to

UserManagerFactory = () => new UserManager<IdentityUser>(new AppUserStore());

Without this your IdentityDbContext constructor (and OnModelCreating, for example) will not run when creating a User with asp.net identity.

share|improve this answer

I had the same problem and struggled a bit since there's not much material in net about ASP.NET Identity yet. After doing a check on the assemblies I found it's actually simple.

Just find the place where your AuthenticationIdentityManager is initialized and use the IdentityStore overload to specify your db context, like this:

IdentityManager = new AuthenticationIdentityManager(new IdentityStore(new Model()));

My model class inherits DbContext. Hope this helps.

share|improve this answer

If all you need is to change the connection string used by the identity provider, the following is not very elegant but seems to work. Search where the IdentityManager class is instantiated and add the following:

//Leave this untouched:
IdentityManager = new AuthenticationIdentityManager(new IdentityStore());
//...and add this:
((IdentityStore)identityManager.Store).DbContext.Configuration
    .Database.Connection.ConnectionString = "your connection string here";
share|improve this answer

Since there are alot of changes on this when going to RTM, i have updated the SPA template that uses a WebApi controller for all the identity signin and such. Its a really cool template , if you havent seen it.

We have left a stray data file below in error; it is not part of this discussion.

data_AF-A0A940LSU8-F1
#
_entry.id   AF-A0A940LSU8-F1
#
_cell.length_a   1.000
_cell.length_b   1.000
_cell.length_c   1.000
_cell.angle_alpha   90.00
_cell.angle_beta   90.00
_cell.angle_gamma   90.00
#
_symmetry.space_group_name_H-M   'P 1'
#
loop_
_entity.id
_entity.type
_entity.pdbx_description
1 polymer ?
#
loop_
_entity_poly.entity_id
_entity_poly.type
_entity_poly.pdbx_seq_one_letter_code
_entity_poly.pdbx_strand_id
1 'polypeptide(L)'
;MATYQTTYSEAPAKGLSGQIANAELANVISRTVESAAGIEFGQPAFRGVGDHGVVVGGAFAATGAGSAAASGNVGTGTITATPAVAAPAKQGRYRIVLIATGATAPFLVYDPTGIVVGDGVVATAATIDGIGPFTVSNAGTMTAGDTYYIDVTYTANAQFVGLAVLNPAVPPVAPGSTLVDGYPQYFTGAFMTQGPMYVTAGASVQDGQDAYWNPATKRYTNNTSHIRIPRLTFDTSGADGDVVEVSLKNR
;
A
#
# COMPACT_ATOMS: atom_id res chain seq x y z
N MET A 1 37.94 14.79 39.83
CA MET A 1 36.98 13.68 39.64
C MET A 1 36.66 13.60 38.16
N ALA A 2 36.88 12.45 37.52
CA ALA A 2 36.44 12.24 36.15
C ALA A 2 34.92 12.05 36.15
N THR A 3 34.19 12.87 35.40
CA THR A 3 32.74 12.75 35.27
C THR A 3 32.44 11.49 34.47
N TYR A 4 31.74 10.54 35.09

I put all my code here: https://github.com/s093294/aspnet-identity-rtm/tree/master

(Do note, its only for inspiration. I only made it work and nothing more. Properly have a bug or two also).

share|improve this answer

Look for the class that inherits from IdentityDbConect eg:

public class ApplicationDbContext : IdentityDbContext<ApplicationUser>
    {
        public ApplicationDbContext()
            : base("DefaultConnection")
        {
        }
    }

Then change the "DefaultConnection" to the name of a connection string identified in your web.config.

share|improve this answer

RobM has the comprehensive answer and Rob B has the simple answer.

In your scenario, you are setting your base to "MyConnectionString" which in your config file does not exist.

<connectionStrings>
    <add name="MySailorContext" connectionString="Data Source=THOMAS-LAPTOP;Initial Catalog=MySailor;Integrated Security=True;Pooling=False;MultipleActiveResultSets=true" providerName="System.Data.SqlClient"/>
</connectionStrings>

public class MyDbContext : IdentityDbContext<MyUser, UserClaim, UserSecret, UserLogin, Role, UserRole>
{
    public MyDbContext() : base("MyConnectionString") { }
}

Whatever name you give your connectionString has to match whatever you have in your DbContext : base

<connectionStrings>
    <add name="MySailorContext" connectionString="Data Source=THOMAS-LAPTOP;Initial Catalog=MySailor;Integrated Security=True;Pooling=False;MultipleActiveResultSets=true" providerName="System.Data.SqlClient"/>
</connectionStrings>

public class MyDbContext : IdentityDbContext<MyUser, UserClaim, UserSecret, UserLogin, Role, UserRole>
{
    public MyDbContext() : base("MySailorContext") { }
}
share|improve this answer